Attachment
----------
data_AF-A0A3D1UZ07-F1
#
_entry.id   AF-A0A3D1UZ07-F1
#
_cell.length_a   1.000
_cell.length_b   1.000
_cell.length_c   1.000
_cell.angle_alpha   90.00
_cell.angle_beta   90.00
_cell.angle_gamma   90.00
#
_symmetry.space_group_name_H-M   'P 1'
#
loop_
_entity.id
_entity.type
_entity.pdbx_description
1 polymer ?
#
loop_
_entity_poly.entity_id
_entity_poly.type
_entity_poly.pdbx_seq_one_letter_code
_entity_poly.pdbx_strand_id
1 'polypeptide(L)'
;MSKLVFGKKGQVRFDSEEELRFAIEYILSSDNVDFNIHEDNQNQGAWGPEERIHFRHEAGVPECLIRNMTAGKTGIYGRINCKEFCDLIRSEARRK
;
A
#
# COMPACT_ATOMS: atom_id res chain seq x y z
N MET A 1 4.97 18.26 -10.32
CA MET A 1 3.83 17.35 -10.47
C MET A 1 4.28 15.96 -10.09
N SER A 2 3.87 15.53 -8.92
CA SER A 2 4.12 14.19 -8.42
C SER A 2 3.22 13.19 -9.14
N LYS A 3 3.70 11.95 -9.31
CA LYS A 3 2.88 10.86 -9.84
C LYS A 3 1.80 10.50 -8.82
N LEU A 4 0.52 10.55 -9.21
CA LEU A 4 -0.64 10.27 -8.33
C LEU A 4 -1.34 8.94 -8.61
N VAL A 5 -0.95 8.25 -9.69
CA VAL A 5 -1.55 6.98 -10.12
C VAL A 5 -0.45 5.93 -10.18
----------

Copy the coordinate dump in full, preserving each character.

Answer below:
data_AF-A0A3D1UZ07-F1
#
_entry.id   AF-A0A3D1UZ07-F1
#
_cell.length_a   1.000
_cell.length_b   1.000
_cell.length_c   1.000
_cell.angle_alpha   90.00
_cell.angle_beta   90.00
_cell.angle_gamma   90.00
#
_symmetry.space_group_name_H-M   'P 1'
#
loop_
_entity.id
_entity.type
_entity.pdbx_description
1 polymer ?
#
loop_
_entity_poly.entity_id
_entity_poly.type
_entity_poly.pdbx_seq_one_letter_code
_entity_poly.pdbx_strand_id
1 'polypeptide(L)'
;MSKLVFGKKGQVRFDSEEELRFAIEYILSSDNVDFNIHEDNQNQGAWGPEERIHFRHEAGVPECLIRNMTAGKTGIYGRINCKEFCDLIRSEARRK
;
A
#
# COMPACT_ATOMS: atom_id res chain seq x y z
N MET A 1 4.97 18.26 -10.32
CA MET A 1 3.83 17.35 -10.47
C MET A 1 4.28 15.96 -10.09
N SER A 2 3.87 15.53 -8.92
CA SER A 2 4.12 14.19 -8.42
C SER A 2 3.22 13.19 -9.14
N LYS A 3 3.70 11.95 -9.31
CA LYS A 3 2.88 10.86 -9.84
C LYS A 3 1.80 10.50 -8.82
N LEU A 4 0.52 10.55 -9.21
CA LEU A 4 -0.64 10.27 -8.33
C LEU A 4 -1.34 8.94 -8.61
N VAL A 5 -0.95 8.25 -9.69
CA VAL A 5 -1.55 6.98 -10.12
C VAL A 5 -0.45 5.93 -10.18